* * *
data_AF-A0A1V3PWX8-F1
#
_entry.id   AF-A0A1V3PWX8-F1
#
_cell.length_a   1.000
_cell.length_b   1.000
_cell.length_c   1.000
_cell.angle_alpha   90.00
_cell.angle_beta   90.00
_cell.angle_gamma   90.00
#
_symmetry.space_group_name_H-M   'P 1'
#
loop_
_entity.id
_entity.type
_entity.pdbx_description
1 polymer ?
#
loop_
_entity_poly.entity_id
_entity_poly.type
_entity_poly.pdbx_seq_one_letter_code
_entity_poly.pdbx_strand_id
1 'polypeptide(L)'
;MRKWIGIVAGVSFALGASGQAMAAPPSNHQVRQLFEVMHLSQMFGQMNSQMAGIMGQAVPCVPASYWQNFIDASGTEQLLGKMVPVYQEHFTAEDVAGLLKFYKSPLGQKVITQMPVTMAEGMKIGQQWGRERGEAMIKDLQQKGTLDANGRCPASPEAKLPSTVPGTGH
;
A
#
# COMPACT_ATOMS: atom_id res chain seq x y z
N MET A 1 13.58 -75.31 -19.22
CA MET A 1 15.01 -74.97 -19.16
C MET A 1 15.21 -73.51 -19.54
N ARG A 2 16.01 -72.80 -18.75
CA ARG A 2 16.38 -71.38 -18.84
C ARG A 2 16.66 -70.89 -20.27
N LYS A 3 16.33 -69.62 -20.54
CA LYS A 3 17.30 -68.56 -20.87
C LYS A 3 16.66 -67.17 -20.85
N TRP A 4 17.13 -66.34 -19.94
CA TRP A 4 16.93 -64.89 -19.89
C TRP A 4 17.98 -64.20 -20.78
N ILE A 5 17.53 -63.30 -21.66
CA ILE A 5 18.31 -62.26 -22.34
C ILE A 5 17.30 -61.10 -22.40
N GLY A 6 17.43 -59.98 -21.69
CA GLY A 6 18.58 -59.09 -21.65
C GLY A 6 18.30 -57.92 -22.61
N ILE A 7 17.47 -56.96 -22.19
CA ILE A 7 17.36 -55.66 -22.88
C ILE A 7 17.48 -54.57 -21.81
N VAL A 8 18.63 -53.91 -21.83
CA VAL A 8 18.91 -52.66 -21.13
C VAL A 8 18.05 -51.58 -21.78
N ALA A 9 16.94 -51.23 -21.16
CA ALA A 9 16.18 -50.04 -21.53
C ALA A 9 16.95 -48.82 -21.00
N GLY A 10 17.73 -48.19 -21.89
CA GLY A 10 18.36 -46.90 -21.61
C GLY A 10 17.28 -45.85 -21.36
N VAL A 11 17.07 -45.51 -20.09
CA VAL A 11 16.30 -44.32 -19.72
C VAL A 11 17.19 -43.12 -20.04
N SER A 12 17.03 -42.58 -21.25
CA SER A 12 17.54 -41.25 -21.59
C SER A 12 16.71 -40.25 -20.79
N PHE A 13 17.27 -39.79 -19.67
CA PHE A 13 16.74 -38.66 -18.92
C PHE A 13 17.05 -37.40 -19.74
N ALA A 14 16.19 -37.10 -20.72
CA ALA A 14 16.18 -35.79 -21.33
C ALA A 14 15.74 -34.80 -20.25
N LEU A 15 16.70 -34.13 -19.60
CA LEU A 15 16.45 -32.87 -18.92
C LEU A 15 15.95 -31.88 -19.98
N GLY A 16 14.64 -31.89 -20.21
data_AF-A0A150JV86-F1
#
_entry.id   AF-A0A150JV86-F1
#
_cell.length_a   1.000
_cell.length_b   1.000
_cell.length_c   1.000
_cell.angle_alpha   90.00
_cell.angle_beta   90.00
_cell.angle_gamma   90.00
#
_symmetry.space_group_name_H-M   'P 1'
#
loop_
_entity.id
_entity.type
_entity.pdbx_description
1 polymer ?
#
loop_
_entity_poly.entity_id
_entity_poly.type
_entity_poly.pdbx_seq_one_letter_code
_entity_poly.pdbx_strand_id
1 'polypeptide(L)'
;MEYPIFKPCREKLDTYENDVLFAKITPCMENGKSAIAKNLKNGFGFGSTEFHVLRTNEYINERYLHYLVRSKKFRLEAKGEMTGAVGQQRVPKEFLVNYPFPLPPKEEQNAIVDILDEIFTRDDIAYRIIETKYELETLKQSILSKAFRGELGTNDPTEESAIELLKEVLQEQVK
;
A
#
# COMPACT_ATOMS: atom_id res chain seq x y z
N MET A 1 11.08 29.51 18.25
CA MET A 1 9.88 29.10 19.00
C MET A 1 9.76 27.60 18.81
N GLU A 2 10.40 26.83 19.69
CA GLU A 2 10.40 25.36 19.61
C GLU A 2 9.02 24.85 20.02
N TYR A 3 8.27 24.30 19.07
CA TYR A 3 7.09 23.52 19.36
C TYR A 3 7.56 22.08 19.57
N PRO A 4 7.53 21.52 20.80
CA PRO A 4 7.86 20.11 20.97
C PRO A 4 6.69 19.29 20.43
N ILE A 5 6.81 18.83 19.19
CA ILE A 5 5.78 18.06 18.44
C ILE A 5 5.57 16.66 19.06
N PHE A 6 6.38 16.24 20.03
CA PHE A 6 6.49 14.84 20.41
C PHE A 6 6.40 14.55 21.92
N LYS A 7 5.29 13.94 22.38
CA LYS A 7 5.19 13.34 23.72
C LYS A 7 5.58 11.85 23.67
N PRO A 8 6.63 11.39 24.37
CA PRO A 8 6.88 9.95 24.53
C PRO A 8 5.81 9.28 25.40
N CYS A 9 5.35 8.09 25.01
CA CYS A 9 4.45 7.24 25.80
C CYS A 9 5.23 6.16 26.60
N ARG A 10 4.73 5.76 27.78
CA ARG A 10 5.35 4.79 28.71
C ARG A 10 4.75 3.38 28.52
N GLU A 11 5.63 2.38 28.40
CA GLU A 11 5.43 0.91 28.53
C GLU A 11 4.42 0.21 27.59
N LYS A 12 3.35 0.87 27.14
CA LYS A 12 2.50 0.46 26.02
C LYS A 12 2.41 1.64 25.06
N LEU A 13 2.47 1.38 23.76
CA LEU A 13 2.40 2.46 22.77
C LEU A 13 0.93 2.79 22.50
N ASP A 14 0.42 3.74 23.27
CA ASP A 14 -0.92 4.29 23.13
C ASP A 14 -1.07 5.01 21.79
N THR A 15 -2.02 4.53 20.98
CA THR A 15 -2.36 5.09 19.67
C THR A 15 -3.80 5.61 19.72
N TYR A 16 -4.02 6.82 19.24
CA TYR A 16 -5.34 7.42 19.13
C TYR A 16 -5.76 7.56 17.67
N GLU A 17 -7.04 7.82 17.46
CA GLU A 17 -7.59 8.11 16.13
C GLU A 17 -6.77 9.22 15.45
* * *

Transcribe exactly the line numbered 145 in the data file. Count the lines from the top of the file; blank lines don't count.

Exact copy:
C LEU A 13 0.93 2.79 22.50